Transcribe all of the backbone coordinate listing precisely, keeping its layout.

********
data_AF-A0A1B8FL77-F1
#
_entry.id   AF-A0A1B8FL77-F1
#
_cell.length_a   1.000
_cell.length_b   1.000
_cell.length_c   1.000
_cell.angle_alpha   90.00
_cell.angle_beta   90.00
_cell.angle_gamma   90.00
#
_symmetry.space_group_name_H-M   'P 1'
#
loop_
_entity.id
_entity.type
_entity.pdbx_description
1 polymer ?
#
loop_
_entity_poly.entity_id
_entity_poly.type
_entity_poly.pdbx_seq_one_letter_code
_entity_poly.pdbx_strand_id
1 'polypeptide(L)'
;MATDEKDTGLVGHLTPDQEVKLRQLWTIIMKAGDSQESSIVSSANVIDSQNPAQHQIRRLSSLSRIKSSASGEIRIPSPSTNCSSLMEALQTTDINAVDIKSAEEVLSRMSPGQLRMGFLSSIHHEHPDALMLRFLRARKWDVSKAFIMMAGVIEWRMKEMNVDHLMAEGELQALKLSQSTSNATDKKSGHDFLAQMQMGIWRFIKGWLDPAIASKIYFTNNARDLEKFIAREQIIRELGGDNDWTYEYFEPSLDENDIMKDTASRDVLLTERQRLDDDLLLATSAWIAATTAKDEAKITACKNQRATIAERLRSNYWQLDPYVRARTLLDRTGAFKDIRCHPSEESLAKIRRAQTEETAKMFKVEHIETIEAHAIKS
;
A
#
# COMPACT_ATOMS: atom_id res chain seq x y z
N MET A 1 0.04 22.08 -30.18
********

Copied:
data_AF-A0A1B8FL77-F1
#
_entry.id   AF-A0A1B8FL77-F1
#
_cell.length_a   1.000
_cell.length_b   1.000
_cell.length_c   1.000
_cell.angle_alpha   90.00
_cell.angle_beta   90.00
_cell.angle_gamma   90.00
#
_symmetry.space_group_name_H-M   'P 1'
#
loop_
_entity.id
_entity.type
_entity.pdbx_description
1 polymer ?
#
loop_
_entity_poly.entity_id
_entity_poly.type
_entity_poly.pdbx_seq_one_letter_code
_entity_poly.pdbx_strand_id
1 'polypeptide(L)'
;MATDEKDTGLVGHLTPDQEVKLRQLWTIIMKAGDSQESSIVSSANVIDSQNPAQHQIRRLSSLSRIKSSASGEIRIPSPSTNCSSLMEALQTTDINAVDIKSAEEVLSRMSPGQLRMGFLSSIHHEHPDALMLRFLRARKWDVSKAFIMMAGVIEWRMKEMNVDHLMAEGELQALKLSQSTSNATDKKSGHDFLAQMQMGIWRFIKGWLDPAIASKIYFTNNARDLEKFIAREQIIRELGGDNDWTYEYFEPSLDENDIMKDTASRDVLLTERQRLDDDLLLATSAWIAATTAKDEAKITACKNQRATIAERLRSNYWQLDPYVRARTLLDRTGAFKDIRCHPSEESLAKIRRAQTEETAKMFKVEHIETIEAHAIKS
;
A
#
# COMPACT_ATOMS: atom_id res chain seq x y z
N MET A 1 0.04 22.08 -30.18